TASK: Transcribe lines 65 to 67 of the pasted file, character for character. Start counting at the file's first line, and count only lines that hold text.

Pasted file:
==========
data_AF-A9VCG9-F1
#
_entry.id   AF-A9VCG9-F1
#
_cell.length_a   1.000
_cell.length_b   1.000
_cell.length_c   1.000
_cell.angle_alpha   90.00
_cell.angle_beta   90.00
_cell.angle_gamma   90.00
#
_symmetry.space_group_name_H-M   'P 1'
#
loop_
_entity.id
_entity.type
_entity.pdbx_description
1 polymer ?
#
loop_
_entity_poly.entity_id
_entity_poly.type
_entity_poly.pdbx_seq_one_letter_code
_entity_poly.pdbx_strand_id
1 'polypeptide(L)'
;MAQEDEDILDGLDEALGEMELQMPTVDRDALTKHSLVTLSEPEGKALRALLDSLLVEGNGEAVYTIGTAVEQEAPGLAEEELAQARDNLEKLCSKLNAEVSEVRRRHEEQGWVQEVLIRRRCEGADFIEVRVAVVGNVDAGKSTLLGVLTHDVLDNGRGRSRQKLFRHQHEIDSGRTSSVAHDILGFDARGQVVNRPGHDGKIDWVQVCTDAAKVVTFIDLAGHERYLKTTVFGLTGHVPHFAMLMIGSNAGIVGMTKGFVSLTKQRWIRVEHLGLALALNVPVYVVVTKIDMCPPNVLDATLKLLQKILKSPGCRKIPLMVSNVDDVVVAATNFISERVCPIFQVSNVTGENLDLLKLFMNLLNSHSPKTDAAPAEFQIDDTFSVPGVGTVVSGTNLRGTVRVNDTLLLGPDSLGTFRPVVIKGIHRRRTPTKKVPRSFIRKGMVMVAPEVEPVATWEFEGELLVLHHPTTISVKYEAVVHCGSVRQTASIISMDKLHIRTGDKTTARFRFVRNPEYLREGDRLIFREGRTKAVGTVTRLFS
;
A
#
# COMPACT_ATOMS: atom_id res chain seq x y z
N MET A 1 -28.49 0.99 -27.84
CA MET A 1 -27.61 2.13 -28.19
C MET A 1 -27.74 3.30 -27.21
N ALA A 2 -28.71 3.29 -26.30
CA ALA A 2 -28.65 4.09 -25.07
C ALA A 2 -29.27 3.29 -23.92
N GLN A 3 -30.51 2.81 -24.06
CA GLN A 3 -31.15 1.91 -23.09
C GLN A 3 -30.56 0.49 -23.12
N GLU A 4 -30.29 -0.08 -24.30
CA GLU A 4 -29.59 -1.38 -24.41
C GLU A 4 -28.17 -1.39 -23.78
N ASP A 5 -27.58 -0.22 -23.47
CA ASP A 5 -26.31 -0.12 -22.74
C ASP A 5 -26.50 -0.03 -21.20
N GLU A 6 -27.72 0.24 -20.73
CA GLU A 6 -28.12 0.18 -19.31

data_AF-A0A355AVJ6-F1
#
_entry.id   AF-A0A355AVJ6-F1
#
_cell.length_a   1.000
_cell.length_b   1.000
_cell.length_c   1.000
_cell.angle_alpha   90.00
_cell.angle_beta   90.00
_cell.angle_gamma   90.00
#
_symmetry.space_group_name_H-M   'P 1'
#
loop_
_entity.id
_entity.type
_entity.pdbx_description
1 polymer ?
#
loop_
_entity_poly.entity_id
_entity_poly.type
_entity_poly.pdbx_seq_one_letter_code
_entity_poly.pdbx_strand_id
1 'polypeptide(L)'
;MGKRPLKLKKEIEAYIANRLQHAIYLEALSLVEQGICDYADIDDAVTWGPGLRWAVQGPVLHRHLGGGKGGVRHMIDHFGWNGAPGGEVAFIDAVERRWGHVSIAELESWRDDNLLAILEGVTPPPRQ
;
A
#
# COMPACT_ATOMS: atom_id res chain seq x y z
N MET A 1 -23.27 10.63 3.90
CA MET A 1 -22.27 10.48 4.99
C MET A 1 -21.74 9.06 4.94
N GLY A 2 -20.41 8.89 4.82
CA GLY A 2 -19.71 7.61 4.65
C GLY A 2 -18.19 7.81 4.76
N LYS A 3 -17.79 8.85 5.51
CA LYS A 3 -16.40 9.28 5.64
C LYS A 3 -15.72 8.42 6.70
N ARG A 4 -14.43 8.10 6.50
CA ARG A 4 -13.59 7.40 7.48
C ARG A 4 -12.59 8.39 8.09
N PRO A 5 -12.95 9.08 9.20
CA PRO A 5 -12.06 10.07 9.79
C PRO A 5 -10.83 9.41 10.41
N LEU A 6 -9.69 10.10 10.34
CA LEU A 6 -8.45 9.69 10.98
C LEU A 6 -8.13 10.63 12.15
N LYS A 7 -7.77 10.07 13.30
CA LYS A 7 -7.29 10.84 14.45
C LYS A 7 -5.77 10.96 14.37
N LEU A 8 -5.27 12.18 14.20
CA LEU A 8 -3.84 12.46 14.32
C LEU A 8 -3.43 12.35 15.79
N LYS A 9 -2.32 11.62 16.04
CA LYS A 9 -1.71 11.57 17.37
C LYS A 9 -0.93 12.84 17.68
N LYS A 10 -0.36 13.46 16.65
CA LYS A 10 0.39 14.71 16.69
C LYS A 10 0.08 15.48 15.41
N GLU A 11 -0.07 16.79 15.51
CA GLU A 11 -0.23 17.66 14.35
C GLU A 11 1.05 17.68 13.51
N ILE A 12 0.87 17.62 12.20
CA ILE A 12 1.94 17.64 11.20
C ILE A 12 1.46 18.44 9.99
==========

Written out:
1 polymer ?
#
loop_